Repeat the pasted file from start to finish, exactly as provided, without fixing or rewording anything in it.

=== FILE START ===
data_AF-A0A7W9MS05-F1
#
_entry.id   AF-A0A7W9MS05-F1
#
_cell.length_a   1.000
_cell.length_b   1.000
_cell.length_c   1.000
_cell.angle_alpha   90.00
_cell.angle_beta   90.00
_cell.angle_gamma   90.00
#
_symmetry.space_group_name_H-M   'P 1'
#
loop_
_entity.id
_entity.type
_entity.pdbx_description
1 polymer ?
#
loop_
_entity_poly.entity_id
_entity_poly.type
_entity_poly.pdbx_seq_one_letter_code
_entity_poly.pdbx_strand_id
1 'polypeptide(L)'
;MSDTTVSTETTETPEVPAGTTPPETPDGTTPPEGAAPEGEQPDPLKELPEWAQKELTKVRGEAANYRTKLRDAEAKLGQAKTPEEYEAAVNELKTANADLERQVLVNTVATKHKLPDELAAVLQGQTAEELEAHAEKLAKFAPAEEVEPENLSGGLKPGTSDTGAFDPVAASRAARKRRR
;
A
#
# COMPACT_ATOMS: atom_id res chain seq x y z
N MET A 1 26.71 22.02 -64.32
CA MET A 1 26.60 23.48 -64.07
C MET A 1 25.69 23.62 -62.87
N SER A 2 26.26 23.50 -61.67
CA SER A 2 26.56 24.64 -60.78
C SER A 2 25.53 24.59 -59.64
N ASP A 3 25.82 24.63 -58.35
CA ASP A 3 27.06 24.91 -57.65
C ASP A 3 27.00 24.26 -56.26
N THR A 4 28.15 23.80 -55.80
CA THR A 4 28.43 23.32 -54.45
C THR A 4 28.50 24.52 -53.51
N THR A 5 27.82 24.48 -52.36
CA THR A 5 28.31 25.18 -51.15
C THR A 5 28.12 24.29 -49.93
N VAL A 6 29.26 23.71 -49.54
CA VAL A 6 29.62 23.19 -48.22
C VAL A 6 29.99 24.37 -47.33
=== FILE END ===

data_AF-A0A7W9MS05-F1
#
_entry.id   AF-A0A7W9MS05-F1
#
_cell.length_a   1.000
_cell.length_b   1.000
_cell.length_c   1.000
_cell.angle_alpha   90.00
_cell.angle_beta   90.00
_cell.angle_gamma   90.00
#
_symmetry.space_group_name_H-M   'P 1'
#
loop_
_entity.id
_entity.type
_entity.pdbx_description
1 polymer ?
#
loop_
_entity_poly.entity_id
_entity_poly.type
_entity_poly.pdbx_seq_one_letter_code
_entity_poly.pdbx_strand_id
1 'polypeptide(L)'
;MSDTTVSTETTETPEVPAGTTPPETPDGTTPPEGAAPEGEQPDPLKELPEWAQKELTKVRGEAANYRTKLRDAEAKLGQAKTPEEYEAAVNELKTANADLERQVLVNTVATKHKLPDELAAVLQGQTAEELEAHAEKLAKFAPAEEVEPENLSGGLKPGTSDTGAFDPVAASRAARKRRR
;
A
#
# COMPACT_ATOMS: atom_id res chain seq x y z
N MET A 1 26.71 22.02 -64.32
CA MET A 1 26.60 23.48 -64.07
C MET A 1 25.69 23.62 -62.87
N SER A 2 26.26 23.50 -61.67
CA SER A 2 26.56 24.64 -60.78
C SER A 2 25.53 24.59 -59.64
N ASP A 3 25.82 24.63 -58.35
CA ASP A 3 27.06 24.91 -57.65
C ASP A 3 27.00 24.26 -56.26
N THR A 4 28.15 23.80 -55.80
CA THR A 4 28.43 23.32 -54.45
C THR A 4 28.50 24.52 -53.51
N THR A 5 27.82 24.48 -52.36
CA THR A 5 28.31 25.18 -51.15
C THR A 5 28.12 24.29 -49.93
N VAL A 6 29.26 23.71 -49.54
CA VAL A 6 29.62 23.19 -48.22
C VAL A 6 29.99 24.37 -47.33